The Chicago Bulls still don’t have an answer on Lonzo Ball.
It has been nearly a year since Ball initially injured his left knee in a Jan. 14 game. But coach Billy Donovan said the Bulls don’t know when — or if — their starting point guard will be available this season.
“It’s been really slow,” Donovan said Wednesday before the team’s game against the Phoenix Suns. “It’s gotten better, but is he clearly without any pain? No, he’s not. He still has pain. We’re seeing the slow, gradual strides getting better, but I just don’t have any timetable of when he could even be back.”
Nine weeks after his second knee procedure, Ball is still unable to run, jump or cut. He has returned to the weight room at the Advocate Center for moderate weightlifting and core exercises, but he hasn’t played basketball or run at full speed since January.
While Donovan said Ball hasn’t experienced any setbacks, he also hasn’t been able to progress to the next stage of recovery.
“The next step is we’ve got to get him into some contact, but we’re not even close to that,” Donovan said.
When Ball suffered the injury, his path back to the court seemed simple. He underwent meniscus surgery on Jan. 28 and planned to return within weeks.
Instead, his recovery was complicated by a bone bruise, which eventually led to the Bulls shutting him down for the season during the last week of the regular season.
The Bulls voiced tentative hope about his progress over the summer, only to announce he would miss the start of the season to undergo an arthroscopic debridement on Sept. 28.
Donovan hinted Wednesday at a state of confusion Ball previously described during the preseason: Despite months of coordination between the team’s medical staff and Ball’s doctors in Los Angeles, the injury remains something of a mystery.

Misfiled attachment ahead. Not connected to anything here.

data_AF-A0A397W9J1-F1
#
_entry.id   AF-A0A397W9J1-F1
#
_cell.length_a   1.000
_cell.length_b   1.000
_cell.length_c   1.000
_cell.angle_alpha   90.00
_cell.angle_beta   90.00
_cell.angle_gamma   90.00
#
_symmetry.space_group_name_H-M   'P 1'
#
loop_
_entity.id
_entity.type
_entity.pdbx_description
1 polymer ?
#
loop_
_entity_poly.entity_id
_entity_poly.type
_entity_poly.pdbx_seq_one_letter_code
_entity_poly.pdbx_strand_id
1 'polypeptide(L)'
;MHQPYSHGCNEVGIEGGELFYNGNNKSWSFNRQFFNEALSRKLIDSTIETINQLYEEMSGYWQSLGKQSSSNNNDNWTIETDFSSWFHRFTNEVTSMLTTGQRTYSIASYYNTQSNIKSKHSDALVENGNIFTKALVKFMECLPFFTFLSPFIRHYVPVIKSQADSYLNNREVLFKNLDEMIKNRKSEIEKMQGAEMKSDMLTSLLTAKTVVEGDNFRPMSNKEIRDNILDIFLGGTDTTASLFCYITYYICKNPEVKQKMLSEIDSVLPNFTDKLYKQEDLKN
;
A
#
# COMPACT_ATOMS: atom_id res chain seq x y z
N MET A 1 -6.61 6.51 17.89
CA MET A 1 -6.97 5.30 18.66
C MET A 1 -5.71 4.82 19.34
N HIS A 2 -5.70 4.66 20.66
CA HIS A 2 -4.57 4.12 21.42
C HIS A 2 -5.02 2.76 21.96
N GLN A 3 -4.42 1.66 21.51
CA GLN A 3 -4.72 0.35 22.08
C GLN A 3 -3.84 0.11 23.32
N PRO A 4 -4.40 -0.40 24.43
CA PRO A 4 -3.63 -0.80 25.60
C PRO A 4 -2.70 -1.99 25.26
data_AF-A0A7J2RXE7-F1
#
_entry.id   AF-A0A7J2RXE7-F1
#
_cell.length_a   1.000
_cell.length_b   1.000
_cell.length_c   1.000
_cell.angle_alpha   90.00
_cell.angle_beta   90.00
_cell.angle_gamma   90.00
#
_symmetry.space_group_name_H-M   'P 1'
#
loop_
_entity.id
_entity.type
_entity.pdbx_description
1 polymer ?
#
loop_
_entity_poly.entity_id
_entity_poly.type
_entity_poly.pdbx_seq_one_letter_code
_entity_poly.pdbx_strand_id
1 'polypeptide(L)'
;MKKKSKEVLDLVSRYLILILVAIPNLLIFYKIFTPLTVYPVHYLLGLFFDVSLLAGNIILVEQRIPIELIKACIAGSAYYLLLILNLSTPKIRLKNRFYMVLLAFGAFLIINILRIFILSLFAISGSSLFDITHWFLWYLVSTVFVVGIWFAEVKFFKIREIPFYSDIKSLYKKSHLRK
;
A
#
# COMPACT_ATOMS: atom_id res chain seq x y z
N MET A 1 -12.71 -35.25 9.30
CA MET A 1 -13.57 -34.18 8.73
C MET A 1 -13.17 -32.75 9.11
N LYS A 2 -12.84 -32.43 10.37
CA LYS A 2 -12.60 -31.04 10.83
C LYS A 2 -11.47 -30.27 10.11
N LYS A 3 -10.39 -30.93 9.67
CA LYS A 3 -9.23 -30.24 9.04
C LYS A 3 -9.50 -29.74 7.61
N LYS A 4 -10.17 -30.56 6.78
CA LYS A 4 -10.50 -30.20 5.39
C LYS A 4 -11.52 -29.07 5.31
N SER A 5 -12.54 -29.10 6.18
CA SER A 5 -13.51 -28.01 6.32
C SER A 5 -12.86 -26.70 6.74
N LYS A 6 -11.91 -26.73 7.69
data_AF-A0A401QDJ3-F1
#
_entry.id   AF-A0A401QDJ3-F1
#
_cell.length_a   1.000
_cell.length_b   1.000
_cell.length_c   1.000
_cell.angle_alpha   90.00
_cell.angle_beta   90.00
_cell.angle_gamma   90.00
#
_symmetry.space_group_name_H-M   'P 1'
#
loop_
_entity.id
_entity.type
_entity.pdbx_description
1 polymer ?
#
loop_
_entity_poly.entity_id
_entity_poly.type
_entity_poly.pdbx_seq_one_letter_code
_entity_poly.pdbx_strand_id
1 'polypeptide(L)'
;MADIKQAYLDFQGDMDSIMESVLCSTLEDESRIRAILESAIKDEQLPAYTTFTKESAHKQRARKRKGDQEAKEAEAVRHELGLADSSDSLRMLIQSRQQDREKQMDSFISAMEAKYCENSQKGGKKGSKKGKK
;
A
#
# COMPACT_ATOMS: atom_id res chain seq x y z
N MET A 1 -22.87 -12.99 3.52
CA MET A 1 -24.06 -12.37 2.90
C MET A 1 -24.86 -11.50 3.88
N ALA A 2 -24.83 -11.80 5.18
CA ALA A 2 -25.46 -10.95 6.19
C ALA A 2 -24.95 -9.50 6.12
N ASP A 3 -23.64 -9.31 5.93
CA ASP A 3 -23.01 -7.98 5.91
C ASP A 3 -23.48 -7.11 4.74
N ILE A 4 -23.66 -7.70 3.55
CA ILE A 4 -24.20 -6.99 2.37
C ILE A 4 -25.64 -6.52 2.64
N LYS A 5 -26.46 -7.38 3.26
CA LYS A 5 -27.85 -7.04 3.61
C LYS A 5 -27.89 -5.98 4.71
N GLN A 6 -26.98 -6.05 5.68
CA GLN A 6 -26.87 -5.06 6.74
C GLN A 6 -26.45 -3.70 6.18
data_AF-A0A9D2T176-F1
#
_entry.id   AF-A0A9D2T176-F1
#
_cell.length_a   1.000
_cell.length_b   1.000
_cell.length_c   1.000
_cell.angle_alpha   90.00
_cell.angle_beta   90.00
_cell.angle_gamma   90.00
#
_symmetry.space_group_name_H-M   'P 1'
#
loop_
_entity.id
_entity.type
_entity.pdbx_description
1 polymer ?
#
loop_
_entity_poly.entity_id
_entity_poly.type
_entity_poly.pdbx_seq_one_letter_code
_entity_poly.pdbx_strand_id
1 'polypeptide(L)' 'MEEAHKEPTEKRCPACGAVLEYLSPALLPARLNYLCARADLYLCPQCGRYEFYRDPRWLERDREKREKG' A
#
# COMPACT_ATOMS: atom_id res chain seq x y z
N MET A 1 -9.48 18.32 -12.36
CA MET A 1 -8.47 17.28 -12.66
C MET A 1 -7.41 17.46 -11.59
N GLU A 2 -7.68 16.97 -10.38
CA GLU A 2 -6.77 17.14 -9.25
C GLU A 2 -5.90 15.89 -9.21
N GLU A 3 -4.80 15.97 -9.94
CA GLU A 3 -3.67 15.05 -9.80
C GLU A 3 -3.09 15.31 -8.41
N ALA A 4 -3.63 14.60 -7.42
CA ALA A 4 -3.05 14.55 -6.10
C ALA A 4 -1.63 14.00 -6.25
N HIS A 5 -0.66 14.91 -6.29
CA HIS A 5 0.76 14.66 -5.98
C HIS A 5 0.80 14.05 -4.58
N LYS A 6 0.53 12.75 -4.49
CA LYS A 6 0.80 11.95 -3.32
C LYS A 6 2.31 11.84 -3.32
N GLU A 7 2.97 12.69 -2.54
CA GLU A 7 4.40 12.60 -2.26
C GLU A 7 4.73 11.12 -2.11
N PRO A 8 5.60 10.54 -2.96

The previous source of Ball’s pain wasn’t visible on MRI scans. He suffered daily pain — including when he attempted to climb the staircase in his Los Angeles home — and couldn’t bend his knee past a 30-degree angle. After two surgeries and close to 11 months of recovery, the medical staff still can’t pinpoint why he continues to experience pain.
“There’s a lot of people that have tried to wrap their head around this in terms of trying to figure it out,” Donovan said.
With the debridement procedure having alleviated some of the pain, Donovan said the Bulls medical staff believes strengthening Ball’s legs and core will help his progress. He added that Ball could begin the next step of recovery while still experiencing discomfort or light pain, but his current state is too acute to receive clearance from the medical staff.
Donovan said the Bulls have not discussed potentially shutting Ball down. He emphasized that Ball is operating under the expectation he will be able to play this season, although Ball’s optimism doesn’t necessarily reflect the reality of his recovery timeline.
“He was in that mindset last year when the injury happened,” Donovan said. “I just think that’s who he is. He has got his mind, his heart, everything set on getting himself back this year. There’s no timetable, but that’s where he’s at mentally.”
When the Bulls signed Ball to a four-year, $85 million contract in 2021, they planned to make him a cornerstone of a young roster alongside franchise star Zach LaVine and veteran DeMar DeRozan. They suffered an immediate drop-off in scoring and defensive rigor after Ball’s injury last season, despite the unexpected rise of then-rookie Ayo Dosunmu as the starting point guard.
Although Ball’s absence leaves a massive hole in the Bulls roster, Donovan emphasized that his primary concern is for Ball himself. Long-term injuries are isolating and draining for athletes, especially if they stretch past a year. Ball spends time around his teammates during practices and shootarounds at home, but he has not traveled with the team this season so he can remain with the Bulls medical staff in Chicago.
While Donovan praised Ball for his continued positivity, he said the duration and confusion of the recovery clearly has weighed on the guard.
“I feel bad for him because he’s worked hard to try to get back,” Donovan said. “He’s a young guy, he’s a really good player. I hurt for him because when you’re around him every day, he’s a great guy, he loves playing. When something like that is taken away from a guy, you feel bad for him.”